Because I live in Oak Park, it can be easy to take racial and social justice for granted, believing that many of the things we hear about on the news wouldn’t happen here. Yesterday, I witnessed something in River Forest, which reminded me that these injustices happen here in our community, too.
I arrived at Ulta Beauty, Harlem and Lake, a few minutes before they opened in the morning. There were a few others waiting with me, one of whom was a young black man holding a gorgeous bouquet of flowers. Per the norm of 2016, we were all lost in the worlds of our phones, when I noticed a River Forest police officer drive up and approach the man with the flowers. He began questioning him immediately about why he had flowers and what he was doing there.
The man explained that the flowers were for his girlfriend, and he was waiting to get into Ulta to get some gifts for her. Another police officer pulled up, and asked for identification, took the man’s identification, and continued questioning the man (in a redundant manner), asking whether he was trying to sell flowers illegally. The young man kept explaining that he wanted to get some flowers and gifts for his girlfriend. Eventually, after running his identification, they drove off, but not before making a spectacle of this young man who just wanted to do something sweet for his girlfriend.
Once inside the store, I noticed a sales person helping this same man pick out some gifts for his girlfriend. Upon being asked to help another customer and therefore having to leave the man, the sales woman spoke to her fellow employees on her headset, saying sternly, “Do not leave his side.” The naïve side of me wished to believe that they simply wanted to make sure he got his girlfriend the best gift possible, but it was clearly yet another incident of this young man being racially profiled.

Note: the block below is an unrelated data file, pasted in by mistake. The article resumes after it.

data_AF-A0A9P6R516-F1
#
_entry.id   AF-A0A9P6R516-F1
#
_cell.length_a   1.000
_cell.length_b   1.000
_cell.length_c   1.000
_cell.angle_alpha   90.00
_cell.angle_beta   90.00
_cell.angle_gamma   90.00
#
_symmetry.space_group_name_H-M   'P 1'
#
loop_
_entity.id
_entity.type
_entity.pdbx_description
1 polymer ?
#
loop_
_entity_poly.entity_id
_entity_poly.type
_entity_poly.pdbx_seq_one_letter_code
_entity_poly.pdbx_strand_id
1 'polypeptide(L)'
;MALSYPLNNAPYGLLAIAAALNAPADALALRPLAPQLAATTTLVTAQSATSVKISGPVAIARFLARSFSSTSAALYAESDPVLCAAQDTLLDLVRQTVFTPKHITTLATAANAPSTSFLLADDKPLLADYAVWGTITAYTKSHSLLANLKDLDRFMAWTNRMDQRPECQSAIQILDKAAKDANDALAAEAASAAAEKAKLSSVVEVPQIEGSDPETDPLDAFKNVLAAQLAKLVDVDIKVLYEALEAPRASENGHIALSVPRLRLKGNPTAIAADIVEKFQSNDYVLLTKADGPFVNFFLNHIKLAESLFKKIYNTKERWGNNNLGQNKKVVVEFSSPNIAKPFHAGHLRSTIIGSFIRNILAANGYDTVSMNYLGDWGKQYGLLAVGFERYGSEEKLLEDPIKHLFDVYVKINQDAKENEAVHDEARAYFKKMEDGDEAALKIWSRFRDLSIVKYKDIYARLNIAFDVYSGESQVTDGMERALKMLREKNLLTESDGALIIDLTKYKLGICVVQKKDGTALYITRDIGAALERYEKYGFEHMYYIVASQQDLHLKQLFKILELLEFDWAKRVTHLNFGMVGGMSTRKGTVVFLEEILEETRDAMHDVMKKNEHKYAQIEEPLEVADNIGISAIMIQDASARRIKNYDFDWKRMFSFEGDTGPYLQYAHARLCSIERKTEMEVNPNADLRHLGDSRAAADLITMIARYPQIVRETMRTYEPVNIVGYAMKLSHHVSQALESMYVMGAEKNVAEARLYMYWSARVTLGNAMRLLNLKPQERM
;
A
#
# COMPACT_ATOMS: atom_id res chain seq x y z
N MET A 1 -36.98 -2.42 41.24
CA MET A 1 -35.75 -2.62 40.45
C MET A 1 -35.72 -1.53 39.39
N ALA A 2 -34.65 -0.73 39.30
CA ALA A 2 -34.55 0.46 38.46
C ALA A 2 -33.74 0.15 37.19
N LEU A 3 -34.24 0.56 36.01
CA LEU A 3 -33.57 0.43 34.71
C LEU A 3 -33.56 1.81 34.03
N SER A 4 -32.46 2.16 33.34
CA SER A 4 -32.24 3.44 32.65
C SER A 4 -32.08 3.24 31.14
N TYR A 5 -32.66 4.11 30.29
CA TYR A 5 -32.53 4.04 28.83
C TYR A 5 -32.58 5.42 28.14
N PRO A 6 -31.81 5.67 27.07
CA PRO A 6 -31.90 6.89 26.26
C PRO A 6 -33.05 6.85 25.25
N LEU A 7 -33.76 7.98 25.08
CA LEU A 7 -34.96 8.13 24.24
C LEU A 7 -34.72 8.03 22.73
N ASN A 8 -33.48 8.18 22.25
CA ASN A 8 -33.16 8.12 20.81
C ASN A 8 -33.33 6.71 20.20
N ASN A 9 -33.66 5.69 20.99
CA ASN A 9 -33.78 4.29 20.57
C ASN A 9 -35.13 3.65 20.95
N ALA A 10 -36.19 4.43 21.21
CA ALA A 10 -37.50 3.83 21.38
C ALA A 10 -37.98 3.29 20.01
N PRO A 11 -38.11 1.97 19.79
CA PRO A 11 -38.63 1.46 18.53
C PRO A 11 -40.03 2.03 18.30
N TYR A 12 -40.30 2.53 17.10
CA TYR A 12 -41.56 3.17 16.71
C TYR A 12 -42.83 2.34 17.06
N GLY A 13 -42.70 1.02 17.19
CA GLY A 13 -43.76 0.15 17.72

It’s hard to decide where to begin, in discussing how many ways this young man was wronged by various members of our community that day, so I will simply say that it is not OK, period. It probably goes without saying that if he had been white, he wouldn’t have been stopped by the police or followed around by a suspicious saleswoman in Ulta.
We can do better than this, Oak Park/River Forest community, and we should. If we remain silent on these issues, if we don’t call them out when we see them, then we are bystanders, complicit in the hatred and inequality.
Gabrielle Brady Pendley